A number of sign languages are spoken throughout Asia. These include the Japanese Sign Language family, Chinese Sign Language, Indo-Pakistani Sign Language, as well as a number of small indigenous sign languages of countries such as Nepal, Thailand, and Vietnam. Many official sign languages are part of the French Sign Language family.


    Languages of Asia Official languages


    Asia and Europe are the only two continents where most countries use native languages as their official languages, though English is also widespread.


    Languages of Asia See also




    Map of Languages in Asia Languages Spoken in South Asia Language Spoken in South West Asia Languages of Africa Asia East Asia Language Pack Asia Languages Maps Central Asia Languages

    | Map of Languages in Asia | Languages Spoken in South Asia | Language Spoken in South West Asia | Languages of Africa | Asia | East Asia Language Pack | Asia Languages Maps | Central Asia Languages | Languages_of_Asia | East_Asian_languages | Languages_of_South_Asia | Classification_schemes_for_Southeast_Asian_languages | List_of_extinct_languages_of_Asia | List_of_endangered_languages_in_Asia | Japanese_language | Turkic_languages_of_Central_Asia | Names_of_Asian_cities_in_different_languages | Chemical_elements_in_East_Asian_languages | Ten_thousand_years | Arabic_script | Persian_languages | Asia | Rutgers_University_Department_of_African,_Middle_Eastern,_and_South_Asian_Languages_and_Literatures | Library_of_Congress_Classification:Class_P,_subclass_PL_--_Languages_and_literatures_of_Eastern_Asia,_Africa,_Oceania | The_Asian_Age | Line_breaking_rules_in_East_Asian_languages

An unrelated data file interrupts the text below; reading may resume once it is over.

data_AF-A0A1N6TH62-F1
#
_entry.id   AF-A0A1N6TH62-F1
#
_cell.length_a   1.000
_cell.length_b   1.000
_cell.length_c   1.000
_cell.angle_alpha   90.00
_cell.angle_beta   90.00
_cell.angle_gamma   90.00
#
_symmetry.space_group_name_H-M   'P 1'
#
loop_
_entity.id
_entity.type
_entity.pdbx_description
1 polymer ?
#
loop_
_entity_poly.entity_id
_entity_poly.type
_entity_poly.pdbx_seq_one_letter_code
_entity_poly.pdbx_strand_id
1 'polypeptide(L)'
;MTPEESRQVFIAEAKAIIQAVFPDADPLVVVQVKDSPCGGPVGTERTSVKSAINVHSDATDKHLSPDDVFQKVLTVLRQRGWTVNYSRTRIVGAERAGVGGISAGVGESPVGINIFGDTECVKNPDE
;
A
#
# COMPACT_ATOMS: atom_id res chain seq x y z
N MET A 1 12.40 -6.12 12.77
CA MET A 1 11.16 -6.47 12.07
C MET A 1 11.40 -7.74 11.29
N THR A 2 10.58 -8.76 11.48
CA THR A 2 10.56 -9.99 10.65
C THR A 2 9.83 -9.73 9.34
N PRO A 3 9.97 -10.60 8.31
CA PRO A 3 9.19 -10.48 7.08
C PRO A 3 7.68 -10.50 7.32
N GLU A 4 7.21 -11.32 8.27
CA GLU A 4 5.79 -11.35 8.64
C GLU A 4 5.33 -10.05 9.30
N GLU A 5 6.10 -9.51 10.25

Copyright:
    Dieser Artikel basiert auf dem Artikel http://en.wikipedia.org/wiki/Languages_of_Asia aus der freien Enzyklopaedie http://en.wikipedia.org bzw. http://www.wikipedia.org und steht unter der Doppellizenz GNU-Lizenz fuer freie Dokumentation und Creative Commons CC-BY-SA 3.0 Unported. In der Wikipedia ist eine Liste der Autoren unter http://en.wikipedia.org/w/index.php?title=Languages_of_Asia&action=history verfuegbar. Alle Angaben ohne Gewähr.